U-M takes on Sondheim’s "Sweeney Todd," a musical challenge and a macabre story
The musical theater students at the University of Michigan will take a walk on the dark side when they present their production of Sweeney Todd: The Demon Barber of Fleet Street at the Power Center, April 18-21.
Sweeney Todd is an unusual show, combining dark humor, odd characters, a bit of the music hall, a bit of the opera and quite a lot of blood.
Stephen Sondheim, the master of modern musical theater, has often taken on unorthodox musical theatre material from a survey of presidential assassins to a grim take on fairy tales to a bittersweet reworking of an Ingmar Bergman film.
But Sweeney Todd goes a few steps further into a grim story of revenge that balances horror with some deliciously off-kilter humor and some complex and compelling music.
Sondheim was attracted to a play by Christopher Bond about Benjamin Barker, a man convicted to transportation to Australia by an evil judge for a crime he didn’t commit in rough and tumble 1840s London. When Barker returns 15 years later from Australia, he learns from his mad landlady that his wife has poisoned herself and that his daughter is living with the lecherous judge. He is driven to madness and vows revenge.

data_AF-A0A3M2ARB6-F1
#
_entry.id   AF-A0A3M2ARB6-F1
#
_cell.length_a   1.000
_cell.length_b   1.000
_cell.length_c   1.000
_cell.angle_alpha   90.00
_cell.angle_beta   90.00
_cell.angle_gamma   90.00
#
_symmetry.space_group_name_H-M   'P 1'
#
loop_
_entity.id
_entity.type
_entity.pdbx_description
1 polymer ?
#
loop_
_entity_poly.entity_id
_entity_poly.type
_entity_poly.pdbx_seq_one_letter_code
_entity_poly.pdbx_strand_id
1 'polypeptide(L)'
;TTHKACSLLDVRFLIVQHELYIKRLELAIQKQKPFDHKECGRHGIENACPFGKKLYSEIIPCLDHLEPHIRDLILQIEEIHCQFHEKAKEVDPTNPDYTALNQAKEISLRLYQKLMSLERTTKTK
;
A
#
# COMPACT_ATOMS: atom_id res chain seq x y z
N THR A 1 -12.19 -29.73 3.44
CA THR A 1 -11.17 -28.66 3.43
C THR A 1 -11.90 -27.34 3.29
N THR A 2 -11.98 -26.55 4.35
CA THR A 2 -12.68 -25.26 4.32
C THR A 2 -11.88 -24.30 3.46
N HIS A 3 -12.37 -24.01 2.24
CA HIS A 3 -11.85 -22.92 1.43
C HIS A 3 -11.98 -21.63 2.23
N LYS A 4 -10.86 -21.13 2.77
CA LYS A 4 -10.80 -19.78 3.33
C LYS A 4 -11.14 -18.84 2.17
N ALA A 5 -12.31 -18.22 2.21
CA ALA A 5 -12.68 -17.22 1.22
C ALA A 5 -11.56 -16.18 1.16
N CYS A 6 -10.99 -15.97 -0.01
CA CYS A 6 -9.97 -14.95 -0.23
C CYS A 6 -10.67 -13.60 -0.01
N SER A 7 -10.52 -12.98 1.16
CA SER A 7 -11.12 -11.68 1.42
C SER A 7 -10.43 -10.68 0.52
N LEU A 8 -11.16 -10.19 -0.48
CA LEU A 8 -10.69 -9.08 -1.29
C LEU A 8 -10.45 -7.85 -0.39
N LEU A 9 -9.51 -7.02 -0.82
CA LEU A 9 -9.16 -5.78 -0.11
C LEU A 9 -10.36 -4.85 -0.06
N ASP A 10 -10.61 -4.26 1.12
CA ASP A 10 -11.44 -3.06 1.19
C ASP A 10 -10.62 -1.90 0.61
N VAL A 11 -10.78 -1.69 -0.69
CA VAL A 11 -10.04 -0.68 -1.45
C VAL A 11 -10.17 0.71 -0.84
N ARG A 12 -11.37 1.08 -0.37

He changes his name to Sweeney Todd and devises a scheme to set himself up as a barber who gives his enemies very close shaves. He slits their throats and disposes of the bodies by helping supply filling for his landlady and meat-pie baker Mrs. Nellie Lovett.
Sondheim created the music and lyrics for Sweeney Todd with a book by Hugh Wheeler. The legendary Hal Prince directed. The show, starring Len Cariou and Angela Lansbury, did not have a long run but it did win seven Tony Awards including best musical of 1979. It was made into a movie and has had a long history of production since.
“I think it’s a love story and it’s a love story at two levels,” said Vincent J. Cardinal, director of the U-M production and chair of the U-M music theater department. “I think Lovett and Sweeney have a contemporary love story because they are two people who connect. They have similar intellect, they have similar drive and they have similar humor. And then there is the revenge romance as he enacts his revenge and those are the two love stories that run parallel for me and I just hope I get this right so it doesn’t end up in a blood bath.”
But, of course, it will.
Cardinal didn’t choose to direct the play for its gore but for Sondheim’s sophisticated music that he said marks the end of development for senior music theater students.
“Why this Sondheim is because it has so many individual roles that are nice and kind of meaty,” he said, with appropriately raised eyebrows. “So there is a chance for many people to carry the ball in the production.”
Cardinal said that he has been working with choreographer Ron DeJesus on taking a different approach from other productions. DeJesus, who teaches dance at the university, has a modern dance company in Chicago.